I saved Huck from the pound when he was just about 1 year old. That’s a great story actually – Huck chose me. My brother and I had rented a house together and decided we needed a house dog. We wanted a Golden Retriever – why? Our friend in Boulder Colorado had a house dog we loved, a Golden Retriever named…Huck! We wanted a Huck too. We went to the SPCA to investigate. There was a little room – the place you go to “test out” the dog. We chose a golden lab – because we thought it was a short haired Golden Retriever – dog morons – but this dog was wild – bolting back and forth in this little room – beaking my brother in the privates. I would save every dog if I could but that wasn’t the day I could begin that dream. So we returned that dog to its cage (sad) and walked around the room, feeling the energetic pull of all the barking dogs calling out to us. Then we saw Huck. He was in the corner cage at the end of the row. He was lying on the ground, head on paws. He was fairly skinny – more scrawny-like with rib bones clearly visible. I remember us asking each other “was THIS a golden Retriever?” He looked different from the original Huck – maybe he was a cross breed – fools. We talked to Huck in the cage but he didn’t move. I remember him raising an eyebrow but that was it – no tail wagging, no raising his head to engage us. No good. So my brother and I headed to the door – mission not accomplished. I will never forget this next moment. My bother left the room first. I was behind him and was halfway through the door when I hear a huge, deep and non-random WOOF WOOF. I turned and saw Huck, now standing in his cage, giving me the cutest, most eager look ever. I grabbed my brother and said that the dog in the last cage was calling to us. So we went back in and he was totally alive now. We took him into the little room. He was amazing! Sit, Come here, Go there, Paw – all the classic tricks. He was SO beautiful too. We still didn’t know if he was a real Golden (afterwards found out from his first vet he thought he was a true Purebred!) but we instantly fell in love with him. He was brilliant and well dispositioned. Perfect. We adopted him. The FIRST thing he ever did when he left the SPCA was take a HUGE dump on the cement right out front. A statement. We loved it. Bagless, we all quickly ran to my brothers Honda. Huck eagerly jumped in the back seat. We had a new dog and he had a new family. What my life would have been had he not called out to me…..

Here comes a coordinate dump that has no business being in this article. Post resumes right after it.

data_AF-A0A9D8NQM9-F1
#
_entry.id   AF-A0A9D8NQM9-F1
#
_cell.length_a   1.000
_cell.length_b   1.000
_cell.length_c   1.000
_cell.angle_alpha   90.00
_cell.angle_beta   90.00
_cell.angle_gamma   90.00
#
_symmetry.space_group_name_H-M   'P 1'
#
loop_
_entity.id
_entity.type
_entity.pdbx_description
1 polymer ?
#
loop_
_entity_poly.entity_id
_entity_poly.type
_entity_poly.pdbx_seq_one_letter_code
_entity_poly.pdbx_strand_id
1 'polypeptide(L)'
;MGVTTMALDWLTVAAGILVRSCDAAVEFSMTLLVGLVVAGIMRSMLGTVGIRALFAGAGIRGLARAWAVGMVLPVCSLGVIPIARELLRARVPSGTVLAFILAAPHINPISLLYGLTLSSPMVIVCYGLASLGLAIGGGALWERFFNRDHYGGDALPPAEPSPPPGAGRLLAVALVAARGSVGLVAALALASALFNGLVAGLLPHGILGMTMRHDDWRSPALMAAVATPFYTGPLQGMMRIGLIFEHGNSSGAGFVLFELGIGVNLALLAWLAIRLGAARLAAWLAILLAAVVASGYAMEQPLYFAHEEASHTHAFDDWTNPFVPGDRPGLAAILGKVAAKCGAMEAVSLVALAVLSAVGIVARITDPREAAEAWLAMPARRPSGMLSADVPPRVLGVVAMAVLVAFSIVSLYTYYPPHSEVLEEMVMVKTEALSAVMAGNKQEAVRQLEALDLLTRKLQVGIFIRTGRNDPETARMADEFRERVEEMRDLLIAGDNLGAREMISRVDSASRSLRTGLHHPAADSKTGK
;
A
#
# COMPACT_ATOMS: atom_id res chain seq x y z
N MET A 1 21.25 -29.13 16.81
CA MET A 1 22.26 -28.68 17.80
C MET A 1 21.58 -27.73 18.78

As he lay dying in my arms I remembered that first WOOF so vividly. Now I would feel his last breath. He was breathing fairly shallow, not well rhythmed. I went to see the nurse. She asked if I was ready and I burst out crying – violently – in the waiting room chair. I remembered what I had just read on my phone in the room about the oath I took when I became Huck’s master. I promised to keep him warm and safe, feed and play with him, groom and reward him with love and kindness. That’s the normal part of why people get dogs. But the hard part of the oath was the section called “The End” where the owner agrees to be responsible and unselfish enough to help bring about the end of pain and suffering should the dog ever come to feel those things. I was at the end. I was feeling selfish. I wanted more Huck. I could just bring him home and let him die at home. How long? 1 week? 2 months? But the thought of him being home alone, having another seizure or whatever, being scared, alone, in pain. I couldn’t babysit him 24/7. Nobody with a young family and busy career could do that! But the selfish thought still hovered. And then I just stood up, looked her in the eye and nodded. No words. Just nodded, burst into exasperated and unrelenting tears, and walked back to the salon to get ready to say goodbye to my precious Huckie.